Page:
Posted Under: Weekly Market Commentary Video
Bob Carey, Chief Market Strategist at First Trust Advisors L.P., presents his forecast for 2017 and considers the many opportunities in the market in the new year.
 
Posted on Tuesday, January 10, 2017 @ 2:09 PM • Post Link Share: 
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  A Global Snapshot of Government Bond Yields
Posted Under: International-Global

 

View from the Observation Deck 

  1. While December's 25 basis point increase in the U.S. federal funds target rate may portend higher interest rates moving forward, interest rates around the globe are still very low, at least in the developed nations. Two of those countries, Japan and Germany, still sport negative yields on their 2-year government bonds.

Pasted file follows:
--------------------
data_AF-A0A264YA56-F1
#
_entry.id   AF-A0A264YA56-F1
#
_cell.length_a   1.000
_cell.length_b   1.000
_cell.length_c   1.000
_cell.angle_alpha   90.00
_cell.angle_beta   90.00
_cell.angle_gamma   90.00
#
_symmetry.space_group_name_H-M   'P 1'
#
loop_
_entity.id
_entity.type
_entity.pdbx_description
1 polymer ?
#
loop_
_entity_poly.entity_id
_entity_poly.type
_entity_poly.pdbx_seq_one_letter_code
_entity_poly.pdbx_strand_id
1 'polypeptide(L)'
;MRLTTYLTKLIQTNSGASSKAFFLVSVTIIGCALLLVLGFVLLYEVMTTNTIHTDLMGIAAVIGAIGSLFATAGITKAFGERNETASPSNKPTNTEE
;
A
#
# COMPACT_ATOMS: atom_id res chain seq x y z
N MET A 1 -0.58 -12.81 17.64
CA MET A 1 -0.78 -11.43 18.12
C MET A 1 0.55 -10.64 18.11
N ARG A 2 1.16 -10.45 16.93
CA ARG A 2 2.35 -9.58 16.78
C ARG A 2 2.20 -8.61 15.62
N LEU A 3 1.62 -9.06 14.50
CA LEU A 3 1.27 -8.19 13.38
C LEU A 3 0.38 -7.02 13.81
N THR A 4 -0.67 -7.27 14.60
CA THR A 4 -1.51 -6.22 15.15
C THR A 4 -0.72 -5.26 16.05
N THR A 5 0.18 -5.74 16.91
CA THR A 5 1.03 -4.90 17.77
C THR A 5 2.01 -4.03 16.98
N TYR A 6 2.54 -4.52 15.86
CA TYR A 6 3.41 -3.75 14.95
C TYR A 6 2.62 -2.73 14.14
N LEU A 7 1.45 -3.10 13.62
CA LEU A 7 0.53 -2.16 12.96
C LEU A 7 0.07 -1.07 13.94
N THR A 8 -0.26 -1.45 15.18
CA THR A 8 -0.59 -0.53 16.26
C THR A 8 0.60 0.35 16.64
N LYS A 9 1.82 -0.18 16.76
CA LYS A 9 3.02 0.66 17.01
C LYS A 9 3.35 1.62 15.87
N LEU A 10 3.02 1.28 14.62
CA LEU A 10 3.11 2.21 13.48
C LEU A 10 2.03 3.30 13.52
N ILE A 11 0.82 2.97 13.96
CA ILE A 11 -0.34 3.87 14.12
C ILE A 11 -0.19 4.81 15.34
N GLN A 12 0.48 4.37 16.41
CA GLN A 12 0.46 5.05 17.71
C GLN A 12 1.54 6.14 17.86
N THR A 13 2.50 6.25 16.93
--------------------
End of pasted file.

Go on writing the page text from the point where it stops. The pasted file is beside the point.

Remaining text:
2. As indicated in the table, the year-over-year (1/8/16-1/9/17) change in the yields on the U.S.'s 2-year Treasury-note (T-note) and 10-year T-note matched the 25 basis point hike in the federal funds rate. The Federal Reserve has stated that it is considering initiating another three quarter-point increases (75 basis points) in 2017, according to The Wall Street Journal.
  3. The impetus for rising interest rates stems from a belief that the U.S. economy could be entering a reflationary climate that would build from an acceleration in economic activity due to President-Elect Donald J Trump's desires for fiscal stimulus and tax cuts, according to Morningstar. A strong U.S. economy would likely benefit the global economy, in our opinion.
  4. Central banks around the globe have been aggressive with monetary policy in an effort to stimulate growth. JP Morgan Asset Management reported that, as of 12/22/16, the top 50 central banks had initiated a total of 690 interest rate cuts since the collapse of Lehman Brothers in September 2008, according to CNBC.